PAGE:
epiphany_starAfter the kids have finished their coloring and outlining with the sharpie, use the mineral/baby oil and cotton balls to wipe the oil on the front and back of the star.  Then place between paper towels to absorb the excess oil. This technique mimics what happens with the two constellations: the crayons are one substance that is applied.  The oil is another substance that is applied.  By themselves they aren't that impressive.  When you use both the crayon and the oil the drawing becomes much more vibrant and intense.

A lesson written by member Cat Blue

A representative of reformatted this post to improve readability.

Epiphany Star photo copyright Martha Donley (, used as an educational reference.


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Musical Lesson Idea about "Gifts"

Here's a TERRIFIC version of "Little Drummer Boy" that could be projected big and kids could play along with using all sorts of percussion instruments and objects. The performers are "For King and Country" -a popular contemporary rock band (two Australian dudes).

Ever notice that the little drummer boy has "no gift to bring" except his drumming and praise? What kind of gifts does Jesus want?  Praise is one of them.

for KING & COUNTRY - Little Drummer Boy | LIVE from Phoenix (on YouTube)

When I look at this video, I imagine kids with percussion instruments, even buckets and sticks making a racket during the "loud" parts of the music video.  Easy to sing along with as I'm sure most of your kids already know it.  Good opportunity to talk about the song lyrics so that we can hitch more biblical thought to this ubiquitous Christmas classic.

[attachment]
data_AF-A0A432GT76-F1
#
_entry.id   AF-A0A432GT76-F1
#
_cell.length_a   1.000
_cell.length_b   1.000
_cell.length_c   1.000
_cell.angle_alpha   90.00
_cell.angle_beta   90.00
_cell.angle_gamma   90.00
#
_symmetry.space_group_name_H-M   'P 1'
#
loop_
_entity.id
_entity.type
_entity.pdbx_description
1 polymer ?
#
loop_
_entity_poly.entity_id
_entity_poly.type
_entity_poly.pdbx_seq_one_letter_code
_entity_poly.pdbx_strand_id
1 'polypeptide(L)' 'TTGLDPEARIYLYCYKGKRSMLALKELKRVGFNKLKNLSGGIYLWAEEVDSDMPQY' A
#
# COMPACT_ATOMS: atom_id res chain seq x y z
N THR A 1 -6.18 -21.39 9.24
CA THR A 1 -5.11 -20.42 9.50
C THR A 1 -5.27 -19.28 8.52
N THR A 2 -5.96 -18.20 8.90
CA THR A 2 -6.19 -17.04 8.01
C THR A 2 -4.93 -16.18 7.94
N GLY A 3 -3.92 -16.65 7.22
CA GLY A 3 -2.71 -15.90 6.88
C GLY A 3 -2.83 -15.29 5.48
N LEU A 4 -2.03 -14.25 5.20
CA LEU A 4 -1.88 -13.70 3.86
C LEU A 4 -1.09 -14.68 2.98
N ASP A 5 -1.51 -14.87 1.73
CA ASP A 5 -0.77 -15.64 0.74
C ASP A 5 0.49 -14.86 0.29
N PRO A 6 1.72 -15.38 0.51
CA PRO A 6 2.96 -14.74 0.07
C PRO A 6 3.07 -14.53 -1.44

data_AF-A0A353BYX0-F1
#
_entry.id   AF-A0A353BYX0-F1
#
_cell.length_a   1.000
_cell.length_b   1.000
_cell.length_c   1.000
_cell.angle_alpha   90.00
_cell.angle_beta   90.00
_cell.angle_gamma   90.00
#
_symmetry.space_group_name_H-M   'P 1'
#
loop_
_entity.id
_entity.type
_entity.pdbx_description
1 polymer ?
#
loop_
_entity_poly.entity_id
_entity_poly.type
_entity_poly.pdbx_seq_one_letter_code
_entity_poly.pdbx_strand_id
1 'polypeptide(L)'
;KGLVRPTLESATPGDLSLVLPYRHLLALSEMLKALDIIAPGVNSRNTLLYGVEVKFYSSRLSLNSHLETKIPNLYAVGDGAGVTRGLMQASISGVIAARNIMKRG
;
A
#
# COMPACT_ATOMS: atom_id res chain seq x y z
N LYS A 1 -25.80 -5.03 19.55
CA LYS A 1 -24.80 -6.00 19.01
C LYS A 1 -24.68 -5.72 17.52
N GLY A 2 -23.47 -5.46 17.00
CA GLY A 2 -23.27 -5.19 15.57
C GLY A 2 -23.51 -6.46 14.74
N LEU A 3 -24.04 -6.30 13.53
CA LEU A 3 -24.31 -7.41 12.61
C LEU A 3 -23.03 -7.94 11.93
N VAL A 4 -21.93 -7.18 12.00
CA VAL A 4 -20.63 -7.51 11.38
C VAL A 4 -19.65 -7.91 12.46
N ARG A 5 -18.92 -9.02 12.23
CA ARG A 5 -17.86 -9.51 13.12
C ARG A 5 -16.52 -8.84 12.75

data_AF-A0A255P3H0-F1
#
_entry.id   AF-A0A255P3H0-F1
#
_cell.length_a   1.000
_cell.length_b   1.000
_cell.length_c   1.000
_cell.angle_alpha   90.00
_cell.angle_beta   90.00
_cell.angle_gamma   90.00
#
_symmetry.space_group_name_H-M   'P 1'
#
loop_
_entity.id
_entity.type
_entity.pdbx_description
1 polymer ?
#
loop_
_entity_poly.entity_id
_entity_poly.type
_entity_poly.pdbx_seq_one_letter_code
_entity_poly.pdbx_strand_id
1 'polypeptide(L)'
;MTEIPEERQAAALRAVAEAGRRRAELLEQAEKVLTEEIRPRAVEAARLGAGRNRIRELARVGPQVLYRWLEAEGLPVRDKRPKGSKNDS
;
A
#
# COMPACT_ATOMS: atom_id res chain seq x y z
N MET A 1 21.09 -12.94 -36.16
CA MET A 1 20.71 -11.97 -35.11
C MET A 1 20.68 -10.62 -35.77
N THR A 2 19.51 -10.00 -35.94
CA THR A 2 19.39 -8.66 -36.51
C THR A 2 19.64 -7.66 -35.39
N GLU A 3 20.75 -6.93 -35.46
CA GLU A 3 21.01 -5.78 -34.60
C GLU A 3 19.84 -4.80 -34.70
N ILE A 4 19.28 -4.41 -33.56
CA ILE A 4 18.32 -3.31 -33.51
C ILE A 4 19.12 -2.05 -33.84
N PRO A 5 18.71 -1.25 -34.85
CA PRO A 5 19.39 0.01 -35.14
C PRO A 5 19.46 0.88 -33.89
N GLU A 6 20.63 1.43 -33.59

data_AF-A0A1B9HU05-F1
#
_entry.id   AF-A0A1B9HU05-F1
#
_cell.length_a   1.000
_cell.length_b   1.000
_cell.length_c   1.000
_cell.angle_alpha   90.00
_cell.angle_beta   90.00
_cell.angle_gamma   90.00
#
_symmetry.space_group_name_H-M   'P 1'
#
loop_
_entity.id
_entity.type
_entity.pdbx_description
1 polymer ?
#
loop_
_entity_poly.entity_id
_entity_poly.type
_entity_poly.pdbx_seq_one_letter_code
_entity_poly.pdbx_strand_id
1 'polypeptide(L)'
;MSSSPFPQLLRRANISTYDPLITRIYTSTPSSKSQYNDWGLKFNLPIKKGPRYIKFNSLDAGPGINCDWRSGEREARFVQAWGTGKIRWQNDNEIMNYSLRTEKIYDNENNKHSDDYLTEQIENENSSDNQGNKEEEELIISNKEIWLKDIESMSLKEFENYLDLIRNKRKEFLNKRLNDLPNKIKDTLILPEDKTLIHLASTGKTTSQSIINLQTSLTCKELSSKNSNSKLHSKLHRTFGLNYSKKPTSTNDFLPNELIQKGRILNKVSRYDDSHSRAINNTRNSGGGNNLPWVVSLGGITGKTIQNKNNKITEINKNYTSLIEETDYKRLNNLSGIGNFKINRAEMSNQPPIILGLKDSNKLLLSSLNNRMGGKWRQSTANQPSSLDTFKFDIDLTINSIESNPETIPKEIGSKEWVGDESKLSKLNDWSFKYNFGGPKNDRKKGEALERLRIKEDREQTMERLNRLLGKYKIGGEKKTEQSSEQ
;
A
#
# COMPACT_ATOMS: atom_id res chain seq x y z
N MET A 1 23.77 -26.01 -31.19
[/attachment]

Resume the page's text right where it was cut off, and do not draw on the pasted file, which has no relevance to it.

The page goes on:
Do an internet search for "kids playing bucket drums" and you will find all sorts of resources for helping your kids get started rhythmically! Here is one site with lots of low-cost suggestions to get you started.

Consider using the "Little Drummer Boy" video for the Over-Projection Drama Technique (combining video with live actors, signs, etc.).

Need help using videos from the internet? Here is help.

Last edited by Amy Crane

What would you write or draw on these Dixie Cups for a Magi or Star lesson?   

I saw this simple idea where kids stick Xmas lights through the bottom of dixie cups, and the Sunday School teacher in me immediately wondered: what they could write or draw on those cups.

dixiecupstarsHow could they be decorated with stars and images and words from the story? 

I'd use plain un-waxed paper cups, rather than the wax-covered "dixie" cups so that markers and decorations would stick to them. Wondering how to cut star shapes out of them. I suppose you could just poke holes in the shape of a star, or draw a star and let the light glow from behind it.

Safety Note: Use only LED lights because they burn much cooler. Night-Light Idea

I saw this "heart" night light idea where someone had glued a shape to a night light's plastic cover and immediately wondered about how to make and glue a foil covered star with a message on it. Perhaps add tinsel streamers hanging beneath it to glow when the night light was turned on.

Inexpensive night lights can be bought in bulk. Many come with dawn to dusk sensors. Again, use a cool-burning LED light.